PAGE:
(Reuters) – Pfizer Inc and BioNTech SE have submitted new temperature data to the U.S. health regulator which they said on Friday could allow their COVID-19 vaccine to be stored in pharmacy freezers rather than in ultra-cold storage facilities.
If approved, the less onerous storage requirements would provide a significant logistical relief for the roll-out of the vaccine, particularly in lower-income countries that do not have the necessary infrastructure.
Pfizer/BioNTech’s vaccine, along with Moderna Inc’s two-dose shot, won the U.S. emergency use authorization (EUA) and is being widely distributed as part of the country’s mass vaccination efforts.
The new data has been submitted to the U.S. Food and Drug Administration to support a proposed update to the current EUA label that would allow vaccine vials to be stored at -25 to -15 degrees Celsius (-13°F to 5°F) for a total of two weeks as an alternative for storage in an ultra-low temperature freezer.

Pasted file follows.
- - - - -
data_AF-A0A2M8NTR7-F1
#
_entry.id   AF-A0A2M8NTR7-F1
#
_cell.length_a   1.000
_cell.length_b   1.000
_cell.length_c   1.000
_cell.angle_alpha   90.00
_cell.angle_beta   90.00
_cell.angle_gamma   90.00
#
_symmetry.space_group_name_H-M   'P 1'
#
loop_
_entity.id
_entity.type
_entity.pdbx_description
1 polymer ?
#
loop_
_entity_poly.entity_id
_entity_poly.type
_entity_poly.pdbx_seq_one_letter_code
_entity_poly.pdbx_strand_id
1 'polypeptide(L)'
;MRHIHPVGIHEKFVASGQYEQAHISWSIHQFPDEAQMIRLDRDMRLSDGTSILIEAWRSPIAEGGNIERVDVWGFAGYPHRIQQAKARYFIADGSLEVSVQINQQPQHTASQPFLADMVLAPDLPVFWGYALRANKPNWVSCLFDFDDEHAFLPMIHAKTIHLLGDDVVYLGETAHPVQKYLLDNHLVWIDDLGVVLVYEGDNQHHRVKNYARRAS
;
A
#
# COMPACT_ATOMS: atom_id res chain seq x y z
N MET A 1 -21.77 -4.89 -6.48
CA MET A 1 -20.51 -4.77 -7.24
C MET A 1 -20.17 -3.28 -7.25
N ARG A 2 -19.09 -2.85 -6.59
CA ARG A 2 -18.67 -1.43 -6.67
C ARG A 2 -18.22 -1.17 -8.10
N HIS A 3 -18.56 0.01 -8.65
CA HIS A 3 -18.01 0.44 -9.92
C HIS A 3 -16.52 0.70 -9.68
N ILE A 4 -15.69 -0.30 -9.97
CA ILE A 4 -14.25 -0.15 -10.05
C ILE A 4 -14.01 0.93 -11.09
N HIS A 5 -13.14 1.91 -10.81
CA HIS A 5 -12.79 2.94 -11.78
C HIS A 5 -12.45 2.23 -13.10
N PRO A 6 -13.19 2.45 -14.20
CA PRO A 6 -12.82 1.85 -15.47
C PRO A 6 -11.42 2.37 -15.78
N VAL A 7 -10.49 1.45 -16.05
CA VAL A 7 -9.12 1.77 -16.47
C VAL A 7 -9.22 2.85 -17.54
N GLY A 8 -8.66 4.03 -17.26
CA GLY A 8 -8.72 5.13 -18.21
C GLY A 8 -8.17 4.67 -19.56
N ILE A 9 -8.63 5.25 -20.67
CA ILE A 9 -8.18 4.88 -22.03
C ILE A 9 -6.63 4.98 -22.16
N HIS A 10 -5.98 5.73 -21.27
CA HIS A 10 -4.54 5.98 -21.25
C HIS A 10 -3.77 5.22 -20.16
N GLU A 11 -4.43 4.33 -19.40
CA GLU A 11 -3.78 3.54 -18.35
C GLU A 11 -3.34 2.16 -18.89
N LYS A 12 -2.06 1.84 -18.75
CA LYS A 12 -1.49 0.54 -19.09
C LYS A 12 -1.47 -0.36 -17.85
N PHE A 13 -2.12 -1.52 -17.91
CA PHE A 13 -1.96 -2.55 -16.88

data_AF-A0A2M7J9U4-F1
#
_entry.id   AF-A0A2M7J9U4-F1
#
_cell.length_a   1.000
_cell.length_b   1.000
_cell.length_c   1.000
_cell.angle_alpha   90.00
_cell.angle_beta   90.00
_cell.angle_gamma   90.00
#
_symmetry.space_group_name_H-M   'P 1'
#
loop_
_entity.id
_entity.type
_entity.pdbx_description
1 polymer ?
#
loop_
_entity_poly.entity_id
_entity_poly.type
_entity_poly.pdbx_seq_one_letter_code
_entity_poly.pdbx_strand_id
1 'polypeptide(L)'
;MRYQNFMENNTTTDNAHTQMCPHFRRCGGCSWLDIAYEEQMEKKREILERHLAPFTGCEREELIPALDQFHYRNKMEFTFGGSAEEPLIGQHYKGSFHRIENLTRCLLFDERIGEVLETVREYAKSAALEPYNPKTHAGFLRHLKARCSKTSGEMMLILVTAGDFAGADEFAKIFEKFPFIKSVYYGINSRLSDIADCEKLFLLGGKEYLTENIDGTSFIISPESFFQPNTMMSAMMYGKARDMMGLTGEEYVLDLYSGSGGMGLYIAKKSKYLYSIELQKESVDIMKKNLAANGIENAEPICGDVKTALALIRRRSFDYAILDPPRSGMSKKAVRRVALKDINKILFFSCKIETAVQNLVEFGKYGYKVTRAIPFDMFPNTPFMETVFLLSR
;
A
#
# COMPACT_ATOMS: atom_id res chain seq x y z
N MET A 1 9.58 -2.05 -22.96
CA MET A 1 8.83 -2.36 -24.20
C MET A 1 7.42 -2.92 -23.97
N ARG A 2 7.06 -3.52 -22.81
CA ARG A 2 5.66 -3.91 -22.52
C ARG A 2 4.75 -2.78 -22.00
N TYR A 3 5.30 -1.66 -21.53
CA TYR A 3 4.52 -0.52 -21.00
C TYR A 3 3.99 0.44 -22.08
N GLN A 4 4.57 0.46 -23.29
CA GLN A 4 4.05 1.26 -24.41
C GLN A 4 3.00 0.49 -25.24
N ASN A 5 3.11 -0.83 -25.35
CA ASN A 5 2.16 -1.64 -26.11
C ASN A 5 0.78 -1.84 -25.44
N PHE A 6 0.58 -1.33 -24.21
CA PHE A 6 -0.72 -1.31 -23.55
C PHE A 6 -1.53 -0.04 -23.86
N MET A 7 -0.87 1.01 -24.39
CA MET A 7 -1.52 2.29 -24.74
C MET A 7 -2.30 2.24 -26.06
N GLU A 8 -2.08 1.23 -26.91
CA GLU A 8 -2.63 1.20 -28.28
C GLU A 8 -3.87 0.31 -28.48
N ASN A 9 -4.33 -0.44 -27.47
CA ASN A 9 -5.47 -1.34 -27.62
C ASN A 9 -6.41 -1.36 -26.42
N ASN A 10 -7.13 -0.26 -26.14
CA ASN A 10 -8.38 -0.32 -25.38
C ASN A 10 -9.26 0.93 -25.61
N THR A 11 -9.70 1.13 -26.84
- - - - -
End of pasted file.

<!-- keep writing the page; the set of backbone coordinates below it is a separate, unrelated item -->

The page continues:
“The data submitted may facilitate the handling of our vaccine in pharmacies and provide vaccination centers an even greater flexibility,” BioNTech Chief Executive Officer Ugur Sahin said.
Pfizer/BioNTech’s current label requires the vaccine to be stored in an ultra-cold freezer at temperatures between -80ºC and -60ºC (-112ºF to -76ºF), calling for it to be shipped in specially designed containers.
The new data also will be submitted to global regulatory agencies within the next few weeks, the two companies said.
A BioNTech spokeswoman declined to provide more details on the timing and which agencies would be contacted
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